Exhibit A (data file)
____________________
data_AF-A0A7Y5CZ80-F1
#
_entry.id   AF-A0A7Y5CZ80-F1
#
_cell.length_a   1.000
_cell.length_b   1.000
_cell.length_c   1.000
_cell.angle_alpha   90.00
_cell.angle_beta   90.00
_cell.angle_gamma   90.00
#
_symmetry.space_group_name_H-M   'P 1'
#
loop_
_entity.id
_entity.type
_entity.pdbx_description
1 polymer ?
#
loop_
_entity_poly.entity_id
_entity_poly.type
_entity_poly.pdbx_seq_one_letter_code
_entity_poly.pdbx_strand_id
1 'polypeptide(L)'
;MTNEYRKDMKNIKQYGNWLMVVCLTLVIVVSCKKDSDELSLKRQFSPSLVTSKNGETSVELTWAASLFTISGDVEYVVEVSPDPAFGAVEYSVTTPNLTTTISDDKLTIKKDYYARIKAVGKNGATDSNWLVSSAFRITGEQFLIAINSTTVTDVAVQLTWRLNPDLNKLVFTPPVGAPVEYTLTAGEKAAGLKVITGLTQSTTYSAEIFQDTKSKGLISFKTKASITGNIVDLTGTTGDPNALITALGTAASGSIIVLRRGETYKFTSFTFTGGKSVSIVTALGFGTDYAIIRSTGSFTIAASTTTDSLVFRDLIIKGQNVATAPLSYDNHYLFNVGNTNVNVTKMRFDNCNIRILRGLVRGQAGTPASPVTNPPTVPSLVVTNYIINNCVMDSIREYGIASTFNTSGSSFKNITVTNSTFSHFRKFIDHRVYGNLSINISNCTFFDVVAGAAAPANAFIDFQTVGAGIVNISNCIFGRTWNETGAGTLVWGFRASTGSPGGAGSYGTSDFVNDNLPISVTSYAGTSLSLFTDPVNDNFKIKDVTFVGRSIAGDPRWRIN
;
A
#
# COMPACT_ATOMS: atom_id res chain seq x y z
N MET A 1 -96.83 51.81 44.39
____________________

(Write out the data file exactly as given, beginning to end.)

data_AF-A0A7Y5CZ80-F1
#
_entry.id   AF-A0A7Y5CZ80-F1
#
_cell.length_a   1.000
_cell.length_b   1.000
_cell.length_c   1.000
_cell.angle_alpha   90.00
_cell.angle_beta   90.00
_cell.angle_gamma   90.00
#
_symmetry.space_group_name_H-M   'P 1'
#
loop_
_entity.id
_entity.type
_entity.pdbx_description
1 polymer ?
#
loop_
_entity_poly.entity_id
_entity_poly.type
_entity_poly.pdbx_seq_one_letter_code
_entity_poly.pdbx_strand_id
1 'polypeptide(L)'
;MTNEYRKDMKNIKQYGNWLMVVCLTLVIVVSCKKDSDELSLKRQFSPSLVTSKNGETSVELTWAASLFTISGDVEYVVEVSPDPAFGAVEYSVTTPNLTTTISDDKLTIKKDYYARIKAVGKNGATDSNWLVSSAFRITGEQFLIAINSTTVTDVAVQLTWRLNPDLNKLVFTPPVGAPVEYTLTAGEKAAGLKVITGLTQSTTYSAEIFQDTKSKGLISFKTKASITGNIVDLTGTTGDPNALITALGTAASGSIIVLRRGETYKFTSFTFTGGKSVSIVTALGFGTDYAIIRSTGSFTIAASTTTDSLVFRDLIIKGQNVATAPLSYDNHYLFNVGNTNVNVTKMRFDNCNIRILRGLVRGQAGTPASPVTNPPTVPSLVVTNYIINNCVMDSIREYGIASTFNTSGSSFKNITVTNSTFSHFRKFIDHRVYGNLSINISNCTFFDVVAGAAAPANAFIDFQTVGAGIVNISNCIFGRTWNETGAGTLVWGFRASTGSPGGAGSYGTSDFVNDNLPISVTSYAGTSLSLFTDPVNDNFKIKDVTFVGRSIAGDPRWRIN
;
A
#
# COMPACT_ATOMS: atom_id res chain seq x y z
N MET A 1 -96.83 51.81 44.39